ICBA’s Cam Fine to Policymakers: Let Community Bankers Do Their Jobs

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Independent Community Bankers of America® (ICBA) President and CEO Camden R. Fine called on community bankers gathered at ICBA’s 2015 national convention, ICBA Community Banking LIVE ®, to fight for policies that promote local lending and service, and to push back against overregulation. Fine thanked community bankers for being brave and resilient when it comes to facing excessive regulatory burdens and promoting local economic growth, and said it is now time for legislators and regulators to allow community bankers to do their jobs.

Our message to the Congress and to the regulatory agencies is simple—let us do our jobs. They need to extend a hand, not a clenched fist, to the Main Street banks who serve our communities.

Independent Community Bankers of America® (ICBA) President and CEO Camden R. Fine called on community bankers gathered at ICBA’s 2015 national convention, ICBA Community Banking LIVE ®, to fight for policies that promote local lending and service, and to push back against overregulation. Fine thanked community bankers for being brave and resilient when it comes to facing excessive regulatory burdens and promoting local economic growth, and said it is now time for legislators and regulators to allow community bankers to do their jobs.

“Each one of you is instrumental in keeping your community afloat,” Fine said to a crowd of nearly 3,000. “An entire nation of communities is dependent on the people in this room for their economic well-being and survival. That is an enormous responsibility. You have led your communities through good economic times and bad. You’ve served as a wall—a human barrier if you will—between the Wall Street financial crisis and Main Street businesses and families.”

Fine went on to say that all community bankers know what it’s like to compete on a playing field that isn’t level—where the rules are stacked against them. “We know how hard it is to run a bank that is sometimes full of more bank examiners than staff,” he said.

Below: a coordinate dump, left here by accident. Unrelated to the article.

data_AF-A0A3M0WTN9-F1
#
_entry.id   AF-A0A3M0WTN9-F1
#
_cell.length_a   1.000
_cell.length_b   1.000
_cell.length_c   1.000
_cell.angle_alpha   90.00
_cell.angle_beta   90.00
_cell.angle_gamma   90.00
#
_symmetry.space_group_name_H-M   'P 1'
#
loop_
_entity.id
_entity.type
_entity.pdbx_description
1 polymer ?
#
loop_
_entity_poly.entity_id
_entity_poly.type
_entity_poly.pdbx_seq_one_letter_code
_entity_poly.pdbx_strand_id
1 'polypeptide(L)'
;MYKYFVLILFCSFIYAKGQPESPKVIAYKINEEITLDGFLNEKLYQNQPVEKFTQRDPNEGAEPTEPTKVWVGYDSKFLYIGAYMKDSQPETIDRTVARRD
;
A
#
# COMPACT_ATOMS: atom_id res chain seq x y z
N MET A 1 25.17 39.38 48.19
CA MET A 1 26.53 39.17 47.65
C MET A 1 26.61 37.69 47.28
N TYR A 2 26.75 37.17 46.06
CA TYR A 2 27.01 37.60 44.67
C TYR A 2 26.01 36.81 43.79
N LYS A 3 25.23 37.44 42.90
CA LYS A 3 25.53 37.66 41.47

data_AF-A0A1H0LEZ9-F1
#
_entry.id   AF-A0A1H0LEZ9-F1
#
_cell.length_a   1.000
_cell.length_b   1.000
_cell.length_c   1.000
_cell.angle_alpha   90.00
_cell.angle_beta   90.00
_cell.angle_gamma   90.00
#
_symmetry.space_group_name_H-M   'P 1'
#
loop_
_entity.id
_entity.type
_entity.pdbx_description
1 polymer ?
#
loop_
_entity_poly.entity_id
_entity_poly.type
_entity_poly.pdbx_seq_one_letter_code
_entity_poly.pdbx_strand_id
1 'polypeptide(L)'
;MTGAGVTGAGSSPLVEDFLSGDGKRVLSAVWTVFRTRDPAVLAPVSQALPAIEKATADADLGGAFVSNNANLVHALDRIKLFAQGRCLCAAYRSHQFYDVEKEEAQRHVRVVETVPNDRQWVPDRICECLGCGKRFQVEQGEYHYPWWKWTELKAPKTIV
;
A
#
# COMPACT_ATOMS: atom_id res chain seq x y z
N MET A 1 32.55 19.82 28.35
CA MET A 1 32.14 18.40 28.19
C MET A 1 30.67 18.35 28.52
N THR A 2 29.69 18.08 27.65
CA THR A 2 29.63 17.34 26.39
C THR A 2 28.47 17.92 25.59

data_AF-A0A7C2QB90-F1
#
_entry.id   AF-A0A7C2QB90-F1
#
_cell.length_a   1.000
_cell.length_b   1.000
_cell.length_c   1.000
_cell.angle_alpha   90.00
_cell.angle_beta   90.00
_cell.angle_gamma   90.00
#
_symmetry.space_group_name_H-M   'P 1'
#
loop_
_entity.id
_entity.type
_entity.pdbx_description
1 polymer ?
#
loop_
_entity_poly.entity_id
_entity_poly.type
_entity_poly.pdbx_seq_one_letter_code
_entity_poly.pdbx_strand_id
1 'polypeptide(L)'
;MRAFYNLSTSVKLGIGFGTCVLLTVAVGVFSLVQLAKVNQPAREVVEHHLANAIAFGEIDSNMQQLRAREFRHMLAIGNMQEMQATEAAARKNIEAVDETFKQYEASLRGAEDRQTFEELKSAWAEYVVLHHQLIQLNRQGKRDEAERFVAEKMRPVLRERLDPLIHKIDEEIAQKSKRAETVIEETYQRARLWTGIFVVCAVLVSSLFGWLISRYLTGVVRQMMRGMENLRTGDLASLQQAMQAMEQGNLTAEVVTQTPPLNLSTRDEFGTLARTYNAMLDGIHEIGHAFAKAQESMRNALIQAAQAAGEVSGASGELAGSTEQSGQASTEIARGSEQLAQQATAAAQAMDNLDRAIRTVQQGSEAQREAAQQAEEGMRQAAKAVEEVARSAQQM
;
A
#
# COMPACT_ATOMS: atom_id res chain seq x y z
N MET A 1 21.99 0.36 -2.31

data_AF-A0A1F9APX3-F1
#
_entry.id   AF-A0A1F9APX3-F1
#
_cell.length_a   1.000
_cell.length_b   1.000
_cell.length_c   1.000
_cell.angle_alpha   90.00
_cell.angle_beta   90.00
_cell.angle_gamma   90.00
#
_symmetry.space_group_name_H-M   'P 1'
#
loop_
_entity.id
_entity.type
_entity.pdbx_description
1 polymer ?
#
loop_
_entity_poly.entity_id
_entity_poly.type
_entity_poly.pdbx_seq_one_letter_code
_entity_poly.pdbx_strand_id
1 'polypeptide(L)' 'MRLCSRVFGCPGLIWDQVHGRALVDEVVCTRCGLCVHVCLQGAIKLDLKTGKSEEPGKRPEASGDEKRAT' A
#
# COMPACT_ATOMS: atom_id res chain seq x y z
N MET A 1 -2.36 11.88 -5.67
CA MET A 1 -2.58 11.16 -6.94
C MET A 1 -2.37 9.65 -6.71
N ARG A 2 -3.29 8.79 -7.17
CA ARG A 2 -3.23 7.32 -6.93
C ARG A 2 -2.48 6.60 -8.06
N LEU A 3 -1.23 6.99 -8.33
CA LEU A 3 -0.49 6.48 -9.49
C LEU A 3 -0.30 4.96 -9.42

Fine rallied the room full of community bankers and said that now is the time for them to press their advantage and fight for tiered regulations that will allow community banks to continue serving and building their communities.

“What Washington doesn't understand is that what we do is more art than science. Lending is not an assembly line. We aren’t making widgets here; we are serving real people. Good lending—good banking—is born from experience and good judgment.”

Fine continued, “Our message to the Congress and to the regulatory agencies is simple—let us do our jobs. They need to extend a hand, not a clenched fist, to the Main Street banks who serve our communities. Then maybe this nation’s economy would truly begin to thrive at the grassroots level.”

To accomplish this, Fine offered the following solutions: rolling back excessive regulation and getting back to common-sense banking; stop letting wrongdoers at mega banks write a check so they can continue the same reckless and illegal practices that put our economy at risk, and holding them individually responsible—as community banks are—and as the law requires.

After asking community bankers to stand up and speak up for the industry, Fine closed his speech by thanking the nation’s community bankers. “Thank you for being what is best about America. Thank you for your sacrifices, from Maine to California, from Minnesota to Texas. Thank you for doing the right thing, for enduring, and for seeing it all the way through! Thank you—for being brave, for speaking out, and for never holding back,” Fine said.

For more information about Fine and ICBA, visit http://www.icba.org.

About ICBA
The Independent Community Bankers of America®, the nation’s voice for more than 6,500 community banks of all sizes and charter types, is dedicated exclusively to representing the interests of the community banking industry and its membership through effective advocacy, best-in-class education and high-quality products and services. For more information, visit http://www.icba.org.

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Aleis Stokes
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